DEFINITION of Behavioral Accounting

Behavioral accounting takes into account key decision makers as part of the value of a company and also examines how accounting practices and processes affect the behavior and processes of personnel working in a company. Behavioral accounting was developed to make the behavioral effects of accounting practices transparent to potential and current stakeholders. This is done to better understand the impact that business processes, opinions, and human variables have on the value of the overall corporation, now and in the future.

Also known as "human resource accounting."

BREAKING DOWN Behavioral Accounting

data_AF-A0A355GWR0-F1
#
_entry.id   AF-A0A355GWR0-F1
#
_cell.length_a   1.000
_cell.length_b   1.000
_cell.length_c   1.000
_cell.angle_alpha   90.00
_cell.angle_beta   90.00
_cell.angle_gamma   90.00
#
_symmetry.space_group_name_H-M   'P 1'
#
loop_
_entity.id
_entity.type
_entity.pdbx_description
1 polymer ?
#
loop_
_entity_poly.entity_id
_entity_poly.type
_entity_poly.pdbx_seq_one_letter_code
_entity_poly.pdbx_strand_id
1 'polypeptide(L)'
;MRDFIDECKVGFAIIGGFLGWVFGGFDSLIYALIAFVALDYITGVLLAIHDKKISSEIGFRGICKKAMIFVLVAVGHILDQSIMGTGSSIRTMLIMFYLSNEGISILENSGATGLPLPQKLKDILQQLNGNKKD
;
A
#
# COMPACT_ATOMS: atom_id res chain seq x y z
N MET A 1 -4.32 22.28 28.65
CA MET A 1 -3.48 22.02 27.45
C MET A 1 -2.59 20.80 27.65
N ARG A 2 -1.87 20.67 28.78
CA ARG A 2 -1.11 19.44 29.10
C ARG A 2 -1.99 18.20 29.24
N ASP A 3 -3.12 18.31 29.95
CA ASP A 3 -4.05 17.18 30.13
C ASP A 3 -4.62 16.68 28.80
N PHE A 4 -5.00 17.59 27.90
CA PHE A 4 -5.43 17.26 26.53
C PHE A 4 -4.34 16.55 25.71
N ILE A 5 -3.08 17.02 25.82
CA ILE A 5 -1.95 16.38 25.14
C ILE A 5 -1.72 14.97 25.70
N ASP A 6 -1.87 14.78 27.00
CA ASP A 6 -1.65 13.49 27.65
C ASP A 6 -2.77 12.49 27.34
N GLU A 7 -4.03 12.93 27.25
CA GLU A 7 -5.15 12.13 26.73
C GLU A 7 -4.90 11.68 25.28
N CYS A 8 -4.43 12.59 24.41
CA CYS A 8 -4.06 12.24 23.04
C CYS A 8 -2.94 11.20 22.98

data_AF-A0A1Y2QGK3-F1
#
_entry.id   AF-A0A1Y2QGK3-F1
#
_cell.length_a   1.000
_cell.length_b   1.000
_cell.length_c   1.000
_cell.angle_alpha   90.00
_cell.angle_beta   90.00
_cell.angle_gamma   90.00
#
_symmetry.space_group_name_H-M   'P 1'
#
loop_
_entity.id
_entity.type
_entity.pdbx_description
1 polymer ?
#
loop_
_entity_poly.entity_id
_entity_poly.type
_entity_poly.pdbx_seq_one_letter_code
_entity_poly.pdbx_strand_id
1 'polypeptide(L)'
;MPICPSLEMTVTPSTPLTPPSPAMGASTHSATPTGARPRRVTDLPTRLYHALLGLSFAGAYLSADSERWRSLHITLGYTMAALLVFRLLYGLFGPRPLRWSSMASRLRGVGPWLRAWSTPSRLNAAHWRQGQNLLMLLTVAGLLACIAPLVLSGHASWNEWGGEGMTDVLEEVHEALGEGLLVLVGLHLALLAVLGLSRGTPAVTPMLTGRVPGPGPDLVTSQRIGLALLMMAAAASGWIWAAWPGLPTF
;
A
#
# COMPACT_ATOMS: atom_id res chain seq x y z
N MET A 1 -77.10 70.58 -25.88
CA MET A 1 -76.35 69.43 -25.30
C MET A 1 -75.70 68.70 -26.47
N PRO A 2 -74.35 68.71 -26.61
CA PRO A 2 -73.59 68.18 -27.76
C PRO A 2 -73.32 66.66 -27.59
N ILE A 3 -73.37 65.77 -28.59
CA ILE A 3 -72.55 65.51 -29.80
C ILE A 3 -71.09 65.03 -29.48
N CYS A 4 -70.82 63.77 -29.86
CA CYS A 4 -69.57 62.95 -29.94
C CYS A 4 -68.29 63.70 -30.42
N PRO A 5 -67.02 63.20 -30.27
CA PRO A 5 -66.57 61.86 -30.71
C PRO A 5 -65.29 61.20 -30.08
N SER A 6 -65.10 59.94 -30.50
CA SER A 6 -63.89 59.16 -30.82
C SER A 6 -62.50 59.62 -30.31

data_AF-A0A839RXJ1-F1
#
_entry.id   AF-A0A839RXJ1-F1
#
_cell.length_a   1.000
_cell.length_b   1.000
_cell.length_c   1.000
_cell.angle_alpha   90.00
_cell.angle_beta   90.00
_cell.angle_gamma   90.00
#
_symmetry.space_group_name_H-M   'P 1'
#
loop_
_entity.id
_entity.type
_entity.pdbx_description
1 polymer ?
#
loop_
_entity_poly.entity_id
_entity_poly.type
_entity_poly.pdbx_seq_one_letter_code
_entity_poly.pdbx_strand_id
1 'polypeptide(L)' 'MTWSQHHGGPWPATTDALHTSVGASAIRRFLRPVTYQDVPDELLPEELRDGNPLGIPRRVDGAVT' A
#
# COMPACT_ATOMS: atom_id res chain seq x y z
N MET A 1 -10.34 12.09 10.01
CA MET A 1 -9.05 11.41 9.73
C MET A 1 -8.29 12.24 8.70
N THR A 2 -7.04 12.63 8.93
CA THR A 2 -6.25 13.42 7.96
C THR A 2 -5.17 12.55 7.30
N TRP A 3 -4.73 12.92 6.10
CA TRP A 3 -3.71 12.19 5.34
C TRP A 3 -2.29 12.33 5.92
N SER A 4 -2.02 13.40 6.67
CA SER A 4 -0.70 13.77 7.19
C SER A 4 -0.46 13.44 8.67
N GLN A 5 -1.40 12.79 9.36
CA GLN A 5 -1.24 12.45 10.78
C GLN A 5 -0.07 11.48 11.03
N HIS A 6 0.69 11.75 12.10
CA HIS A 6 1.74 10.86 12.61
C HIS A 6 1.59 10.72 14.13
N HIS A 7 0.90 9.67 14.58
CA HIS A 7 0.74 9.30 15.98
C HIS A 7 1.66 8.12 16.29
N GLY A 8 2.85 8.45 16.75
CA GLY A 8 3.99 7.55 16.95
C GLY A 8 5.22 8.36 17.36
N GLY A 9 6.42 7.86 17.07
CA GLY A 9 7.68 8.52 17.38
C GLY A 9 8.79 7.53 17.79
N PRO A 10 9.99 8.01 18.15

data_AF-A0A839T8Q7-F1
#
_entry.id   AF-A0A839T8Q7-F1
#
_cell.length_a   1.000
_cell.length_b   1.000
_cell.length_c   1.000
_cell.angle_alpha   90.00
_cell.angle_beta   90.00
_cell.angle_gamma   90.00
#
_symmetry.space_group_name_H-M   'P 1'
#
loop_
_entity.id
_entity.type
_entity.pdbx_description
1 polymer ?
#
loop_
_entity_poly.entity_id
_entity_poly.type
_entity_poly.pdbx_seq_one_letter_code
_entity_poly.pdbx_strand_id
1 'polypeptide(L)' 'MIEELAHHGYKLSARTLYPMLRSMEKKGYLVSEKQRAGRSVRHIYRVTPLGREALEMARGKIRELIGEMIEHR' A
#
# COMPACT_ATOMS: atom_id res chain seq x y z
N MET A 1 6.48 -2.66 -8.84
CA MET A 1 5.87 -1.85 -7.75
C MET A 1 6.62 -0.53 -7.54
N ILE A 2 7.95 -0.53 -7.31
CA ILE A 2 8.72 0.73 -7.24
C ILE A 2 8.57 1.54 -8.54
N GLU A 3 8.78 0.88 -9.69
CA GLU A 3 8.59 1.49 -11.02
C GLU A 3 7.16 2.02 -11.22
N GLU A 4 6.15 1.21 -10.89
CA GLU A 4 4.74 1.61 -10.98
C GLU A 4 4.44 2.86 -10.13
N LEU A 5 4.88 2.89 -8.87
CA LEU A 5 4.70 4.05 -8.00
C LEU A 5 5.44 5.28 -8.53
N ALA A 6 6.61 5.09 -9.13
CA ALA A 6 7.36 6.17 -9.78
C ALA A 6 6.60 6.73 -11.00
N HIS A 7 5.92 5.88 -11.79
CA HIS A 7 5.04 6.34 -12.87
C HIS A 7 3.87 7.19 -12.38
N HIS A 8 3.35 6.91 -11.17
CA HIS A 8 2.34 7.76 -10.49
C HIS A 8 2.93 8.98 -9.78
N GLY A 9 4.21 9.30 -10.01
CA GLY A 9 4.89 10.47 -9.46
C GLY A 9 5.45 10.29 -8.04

In behavioral accounting, the valuation of a company goes beyond the numbers and attempts to include the human factor. Behavioral accounting attempts to measure and record this aspect of a business. Behavioral accounting is of particular interest to scholars due to the influence of time constraints, accountability, judgments and motivations individual decision makers have.

Behavioral Accounting Example

Take the example of two companies, company ABC Corporation and DEF Inc., which have identical financial statements. If ABC has a more experienced workforce and stronger management than DEF, then ABC should be worth more.